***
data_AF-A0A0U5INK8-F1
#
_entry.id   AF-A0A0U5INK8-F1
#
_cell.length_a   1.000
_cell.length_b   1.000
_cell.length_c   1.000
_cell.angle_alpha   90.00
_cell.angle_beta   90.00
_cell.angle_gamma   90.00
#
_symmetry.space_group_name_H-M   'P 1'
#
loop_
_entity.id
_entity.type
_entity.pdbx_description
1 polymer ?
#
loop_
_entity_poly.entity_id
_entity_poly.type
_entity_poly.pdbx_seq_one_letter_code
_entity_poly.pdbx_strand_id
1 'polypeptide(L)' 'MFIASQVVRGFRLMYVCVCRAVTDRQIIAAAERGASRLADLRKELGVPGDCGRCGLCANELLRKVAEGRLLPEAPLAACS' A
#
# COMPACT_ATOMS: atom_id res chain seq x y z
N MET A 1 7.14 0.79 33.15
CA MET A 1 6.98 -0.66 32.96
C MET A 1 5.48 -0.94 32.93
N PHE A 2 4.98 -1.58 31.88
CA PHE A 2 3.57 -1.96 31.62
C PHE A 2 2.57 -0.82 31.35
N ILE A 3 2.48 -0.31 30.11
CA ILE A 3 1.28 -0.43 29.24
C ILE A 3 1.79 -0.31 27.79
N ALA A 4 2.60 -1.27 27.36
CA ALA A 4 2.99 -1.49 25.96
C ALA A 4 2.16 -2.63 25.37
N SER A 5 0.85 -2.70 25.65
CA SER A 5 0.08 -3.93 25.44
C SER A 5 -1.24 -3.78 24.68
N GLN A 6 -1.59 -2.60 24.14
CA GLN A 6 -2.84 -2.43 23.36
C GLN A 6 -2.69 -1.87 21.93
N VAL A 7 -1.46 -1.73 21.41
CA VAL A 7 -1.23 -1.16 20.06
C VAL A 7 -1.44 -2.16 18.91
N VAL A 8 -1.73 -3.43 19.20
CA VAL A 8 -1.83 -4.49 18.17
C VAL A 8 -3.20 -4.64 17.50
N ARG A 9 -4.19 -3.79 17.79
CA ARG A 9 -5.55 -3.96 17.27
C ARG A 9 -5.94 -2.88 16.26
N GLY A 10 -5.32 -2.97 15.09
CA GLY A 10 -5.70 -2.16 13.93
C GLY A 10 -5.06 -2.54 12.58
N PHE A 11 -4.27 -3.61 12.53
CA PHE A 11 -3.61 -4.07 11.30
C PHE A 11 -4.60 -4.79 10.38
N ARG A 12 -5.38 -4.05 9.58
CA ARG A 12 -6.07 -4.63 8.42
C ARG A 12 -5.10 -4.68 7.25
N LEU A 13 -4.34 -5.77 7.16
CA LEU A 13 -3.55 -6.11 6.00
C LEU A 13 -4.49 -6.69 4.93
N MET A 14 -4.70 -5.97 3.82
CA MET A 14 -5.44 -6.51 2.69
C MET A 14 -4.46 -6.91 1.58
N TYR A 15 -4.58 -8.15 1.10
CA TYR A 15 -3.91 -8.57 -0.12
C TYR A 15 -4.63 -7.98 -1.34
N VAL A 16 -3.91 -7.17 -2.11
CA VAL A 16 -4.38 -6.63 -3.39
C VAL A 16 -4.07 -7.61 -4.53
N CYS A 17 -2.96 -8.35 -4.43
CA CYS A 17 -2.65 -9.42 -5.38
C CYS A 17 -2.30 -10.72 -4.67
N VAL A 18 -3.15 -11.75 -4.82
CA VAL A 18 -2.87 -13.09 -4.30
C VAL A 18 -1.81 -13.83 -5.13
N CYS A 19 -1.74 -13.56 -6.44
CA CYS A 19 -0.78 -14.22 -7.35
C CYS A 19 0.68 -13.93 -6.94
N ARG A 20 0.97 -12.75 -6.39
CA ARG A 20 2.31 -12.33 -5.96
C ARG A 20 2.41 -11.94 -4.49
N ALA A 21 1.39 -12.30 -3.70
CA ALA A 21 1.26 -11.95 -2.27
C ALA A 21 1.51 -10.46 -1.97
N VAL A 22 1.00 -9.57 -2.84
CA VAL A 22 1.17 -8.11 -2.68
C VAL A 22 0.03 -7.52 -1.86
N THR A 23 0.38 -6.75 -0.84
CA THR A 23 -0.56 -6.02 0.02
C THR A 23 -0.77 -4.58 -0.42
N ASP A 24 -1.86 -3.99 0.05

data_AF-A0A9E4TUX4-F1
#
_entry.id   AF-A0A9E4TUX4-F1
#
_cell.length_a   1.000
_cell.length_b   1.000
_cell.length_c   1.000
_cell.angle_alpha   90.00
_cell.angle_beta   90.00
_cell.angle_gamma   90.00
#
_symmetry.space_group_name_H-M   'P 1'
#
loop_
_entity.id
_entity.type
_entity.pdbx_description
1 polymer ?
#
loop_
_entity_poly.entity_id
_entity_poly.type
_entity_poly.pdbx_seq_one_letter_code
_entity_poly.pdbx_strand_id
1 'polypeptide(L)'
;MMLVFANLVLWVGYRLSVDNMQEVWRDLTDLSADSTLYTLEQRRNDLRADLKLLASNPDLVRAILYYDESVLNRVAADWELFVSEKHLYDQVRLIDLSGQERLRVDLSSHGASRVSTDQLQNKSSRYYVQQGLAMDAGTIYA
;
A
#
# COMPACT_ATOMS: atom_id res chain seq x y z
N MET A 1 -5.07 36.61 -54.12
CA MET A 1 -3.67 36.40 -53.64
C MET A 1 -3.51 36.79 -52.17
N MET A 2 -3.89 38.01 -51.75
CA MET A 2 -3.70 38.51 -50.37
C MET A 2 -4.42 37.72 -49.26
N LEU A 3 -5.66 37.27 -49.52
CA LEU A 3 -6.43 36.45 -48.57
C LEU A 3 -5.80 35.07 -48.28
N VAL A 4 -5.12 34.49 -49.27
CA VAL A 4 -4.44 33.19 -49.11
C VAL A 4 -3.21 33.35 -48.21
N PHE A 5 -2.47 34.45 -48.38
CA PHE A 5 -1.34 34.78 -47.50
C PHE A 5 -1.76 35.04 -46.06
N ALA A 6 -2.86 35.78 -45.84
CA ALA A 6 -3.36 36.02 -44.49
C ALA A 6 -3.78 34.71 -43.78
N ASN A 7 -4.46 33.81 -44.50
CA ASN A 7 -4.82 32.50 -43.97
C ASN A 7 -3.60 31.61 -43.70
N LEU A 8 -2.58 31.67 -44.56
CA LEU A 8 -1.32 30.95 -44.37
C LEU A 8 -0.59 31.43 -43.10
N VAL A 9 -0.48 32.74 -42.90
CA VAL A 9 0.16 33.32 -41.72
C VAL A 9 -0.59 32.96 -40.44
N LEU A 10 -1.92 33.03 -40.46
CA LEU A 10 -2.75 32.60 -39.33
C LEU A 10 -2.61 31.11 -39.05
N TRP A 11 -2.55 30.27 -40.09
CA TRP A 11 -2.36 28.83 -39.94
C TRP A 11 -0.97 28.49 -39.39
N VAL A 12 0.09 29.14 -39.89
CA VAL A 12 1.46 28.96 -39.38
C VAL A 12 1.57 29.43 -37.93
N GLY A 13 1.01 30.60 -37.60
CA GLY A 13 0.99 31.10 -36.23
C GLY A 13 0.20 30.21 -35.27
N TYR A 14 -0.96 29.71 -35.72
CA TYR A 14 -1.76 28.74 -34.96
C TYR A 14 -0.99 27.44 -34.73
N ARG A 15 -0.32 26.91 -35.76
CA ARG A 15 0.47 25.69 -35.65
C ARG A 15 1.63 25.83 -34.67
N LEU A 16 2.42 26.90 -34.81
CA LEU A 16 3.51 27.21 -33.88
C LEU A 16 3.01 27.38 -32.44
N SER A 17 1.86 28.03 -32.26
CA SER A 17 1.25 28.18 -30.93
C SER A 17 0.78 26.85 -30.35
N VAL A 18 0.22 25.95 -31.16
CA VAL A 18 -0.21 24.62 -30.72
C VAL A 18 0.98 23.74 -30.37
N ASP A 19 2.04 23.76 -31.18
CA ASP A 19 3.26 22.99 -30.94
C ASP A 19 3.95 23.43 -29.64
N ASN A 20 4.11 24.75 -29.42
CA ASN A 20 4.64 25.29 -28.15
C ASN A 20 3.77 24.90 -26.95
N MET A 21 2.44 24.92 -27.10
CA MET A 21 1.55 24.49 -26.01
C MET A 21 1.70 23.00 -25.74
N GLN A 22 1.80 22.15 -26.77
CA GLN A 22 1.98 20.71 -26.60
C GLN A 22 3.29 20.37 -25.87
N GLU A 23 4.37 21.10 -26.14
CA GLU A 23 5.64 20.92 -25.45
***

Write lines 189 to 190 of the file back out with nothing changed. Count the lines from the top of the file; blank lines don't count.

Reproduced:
CA MET A 21 1.55 24.49 -26.01
C MET A 21 1.70 23.00 -25.74